Court orders cops to return goods after raidComment on this story
Pretoria - The Pretoria High Court has ordered police to hand back several items, including computers and more than R10 700 in cash, to the owner of an internet café in e-Malahleni, after the items were confiscated by the police who accused the owner of running an illegal online gambling scheme.
Judge MJ Teffo said in the first place a local magistrate should never have issued a search warrant for the applicant who runs a business called Zoeco System Managers CC. The judge declared the search warrant invalid and set it aside.
The goods of the business - which provides electronic internet facilities and related services to the public - were confiscated for the second time in September this year. These were mainly computers, flash drives, printers, cash and a cash register.
The owner of the business told the court that his business would be crippled if the police did not return the items.
A policeman earlier stated that he received information from the Mpumalanga Gambling Board that illegal gambling activities were taking place at the applicant’s premises.
He went there and observed people entering and exiting the premises “from which some kind of business was clearly being conducted”.
The applicant did not have a licence to operate any gambling business at the premises. The police then conducted an undercover operation and police agents were given money to go to the premises to gamble.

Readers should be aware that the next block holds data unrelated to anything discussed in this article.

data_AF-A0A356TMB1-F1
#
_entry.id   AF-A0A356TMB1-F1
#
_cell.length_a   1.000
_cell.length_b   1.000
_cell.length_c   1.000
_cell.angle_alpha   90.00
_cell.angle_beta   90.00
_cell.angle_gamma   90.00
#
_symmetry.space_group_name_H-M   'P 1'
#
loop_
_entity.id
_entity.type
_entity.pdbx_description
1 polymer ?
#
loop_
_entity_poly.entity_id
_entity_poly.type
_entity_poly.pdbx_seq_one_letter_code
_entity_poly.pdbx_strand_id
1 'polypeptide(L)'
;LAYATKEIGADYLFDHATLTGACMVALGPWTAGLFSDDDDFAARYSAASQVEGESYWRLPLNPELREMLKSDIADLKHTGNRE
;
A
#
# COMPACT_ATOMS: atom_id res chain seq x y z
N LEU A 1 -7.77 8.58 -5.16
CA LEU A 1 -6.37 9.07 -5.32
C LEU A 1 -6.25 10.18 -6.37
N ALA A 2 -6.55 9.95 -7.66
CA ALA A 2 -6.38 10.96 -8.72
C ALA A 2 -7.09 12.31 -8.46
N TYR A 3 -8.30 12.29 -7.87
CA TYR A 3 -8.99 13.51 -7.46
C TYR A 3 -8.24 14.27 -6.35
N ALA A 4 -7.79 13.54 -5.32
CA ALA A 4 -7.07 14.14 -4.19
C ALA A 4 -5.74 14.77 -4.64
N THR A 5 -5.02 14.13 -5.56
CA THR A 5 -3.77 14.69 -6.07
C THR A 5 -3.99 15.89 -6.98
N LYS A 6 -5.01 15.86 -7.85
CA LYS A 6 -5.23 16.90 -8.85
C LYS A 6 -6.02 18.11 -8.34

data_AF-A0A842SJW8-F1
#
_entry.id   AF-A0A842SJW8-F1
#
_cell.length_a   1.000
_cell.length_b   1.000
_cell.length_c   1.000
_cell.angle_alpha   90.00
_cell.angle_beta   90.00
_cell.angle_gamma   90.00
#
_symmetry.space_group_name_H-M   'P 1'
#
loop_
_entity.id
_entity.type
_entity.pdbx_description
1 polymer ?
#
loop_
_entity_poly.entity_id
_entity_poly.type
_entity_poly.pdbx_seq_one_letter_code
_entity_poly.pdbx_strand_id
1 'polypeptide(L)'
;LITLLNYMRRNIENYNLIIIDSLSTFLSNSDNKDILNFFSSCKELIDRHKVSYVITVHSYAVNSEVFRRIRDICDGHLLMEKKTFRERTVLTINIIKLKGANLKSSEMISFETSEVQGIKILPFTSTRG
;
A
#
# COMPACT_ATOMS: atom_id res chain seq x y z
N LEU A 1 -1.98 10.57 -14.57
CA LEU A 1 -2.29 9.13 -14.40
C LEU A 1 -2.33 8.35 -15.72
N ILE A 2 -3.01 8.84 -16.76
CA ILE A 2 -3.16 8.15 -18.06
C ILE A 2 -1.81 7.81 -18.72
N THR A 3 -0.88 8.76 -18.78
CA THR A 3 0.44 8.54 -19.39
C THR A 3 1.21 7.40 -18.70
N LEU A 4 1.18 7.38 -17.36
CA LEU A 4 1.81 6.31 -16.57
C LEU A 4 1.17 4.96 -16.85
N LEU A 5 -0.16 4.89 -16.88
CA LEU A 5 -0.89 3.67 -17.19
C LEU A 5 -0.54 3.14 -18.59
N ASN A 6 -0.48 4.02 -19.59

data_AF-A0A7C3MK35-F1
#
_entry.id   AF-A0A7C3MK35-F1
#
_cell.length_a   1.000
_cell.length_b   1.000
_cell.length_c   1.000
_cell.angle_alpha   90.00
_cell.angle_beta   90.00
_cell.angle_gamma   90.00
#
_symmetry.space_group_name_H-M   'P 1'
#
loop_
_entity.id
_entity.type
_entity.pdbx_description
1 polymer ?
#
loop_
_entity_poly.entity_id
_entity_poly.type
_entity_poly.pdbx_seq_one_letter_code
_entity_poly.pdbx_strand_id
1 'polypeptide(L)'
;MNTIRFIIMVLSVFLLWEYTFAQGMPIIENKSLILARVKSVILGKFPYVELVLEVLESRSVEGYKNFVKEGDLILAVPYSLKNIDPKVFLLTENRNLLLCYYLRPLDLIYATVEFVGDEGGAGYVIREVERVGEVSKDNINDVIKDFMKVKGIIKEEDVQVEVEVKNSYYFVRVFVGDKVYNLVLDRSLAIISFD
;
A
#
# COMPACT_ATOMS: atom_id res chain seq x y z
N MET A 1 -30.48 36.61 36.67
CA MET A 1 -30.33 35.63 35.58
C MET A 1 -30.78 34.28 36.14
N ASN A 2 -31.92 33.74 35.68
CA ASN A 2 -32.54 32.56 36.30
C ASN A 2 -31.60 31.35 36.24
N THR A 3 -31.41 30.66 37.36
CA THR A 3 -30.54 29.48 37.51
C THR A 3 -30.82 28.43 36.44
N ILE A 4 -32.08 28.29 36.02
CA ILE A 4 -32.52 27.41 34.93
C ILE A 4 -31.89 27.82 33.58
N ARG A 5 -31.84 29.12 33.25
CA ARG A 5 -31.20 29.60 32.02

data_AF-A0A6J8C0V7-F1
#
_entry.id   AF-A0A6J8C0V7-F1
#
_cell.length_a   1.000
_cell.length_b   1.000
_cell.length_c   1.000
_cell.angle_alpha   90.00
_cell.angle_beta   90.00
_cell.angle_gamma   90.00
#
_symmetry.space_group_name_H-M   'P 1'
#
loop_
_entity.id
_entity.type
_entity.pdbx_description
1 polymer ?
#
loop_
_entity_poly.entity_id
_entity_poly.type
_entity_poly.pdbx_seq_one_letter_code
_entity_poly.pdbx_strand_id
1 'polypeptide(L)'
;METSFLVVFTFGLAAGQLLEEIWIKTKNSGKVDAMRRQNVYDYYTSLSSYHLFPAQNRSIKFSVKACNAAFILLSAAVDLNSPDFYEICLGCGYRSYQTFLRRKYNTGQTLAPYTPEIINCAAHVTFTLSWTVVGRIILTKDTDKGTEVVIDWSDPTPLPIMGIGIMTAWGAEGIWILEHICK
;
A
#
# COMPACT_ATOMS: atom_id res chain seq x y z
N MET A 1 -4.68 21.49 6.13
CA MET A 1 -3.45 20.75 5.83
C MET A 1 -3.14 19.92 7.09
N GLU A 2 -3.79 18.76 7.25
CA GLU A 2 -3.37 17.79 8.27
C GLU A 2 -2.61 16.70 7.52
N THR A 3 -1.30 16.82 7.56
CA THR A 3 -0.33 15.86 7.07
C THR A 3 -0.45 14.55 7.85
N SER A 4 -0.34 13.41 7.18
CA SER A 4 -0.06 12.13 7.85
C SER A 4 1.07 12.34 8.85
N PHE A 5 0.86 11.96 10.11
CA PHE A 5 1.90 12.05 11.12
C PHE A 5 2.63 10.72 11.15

Following the police operation, the cops for the first time in May obtained a search and seizure warrant for the premises and various items were taken. These were later returned when it became clear that the warrant was invalid as certain legal requirements had not been met.
The police said they, however, again received information that the “gambling activities” were continuing and felt there was enough information to justify yet another warrant.
They again raided the premises in September and seized the computers and other items.
The applicant told the court that there was absolutely no information on oath before the magistrate to create a suspicion that he was involved in any illegal gambling activities.
The magistrate should thus have never issued the second search and seizure warrant, it was said.
Judge Teffo in his judgment said the police did not provide information to the court as to what transpired which led to the issuing of the second warrant.
It was just stated in general terms that the police officer received information that the applicant continued with his “illegal gambling activities”.
The judge said neither the source of information, its nature nor its status was disclosed.
According to him the magistrate should have questioned this before simply issueing the warrant.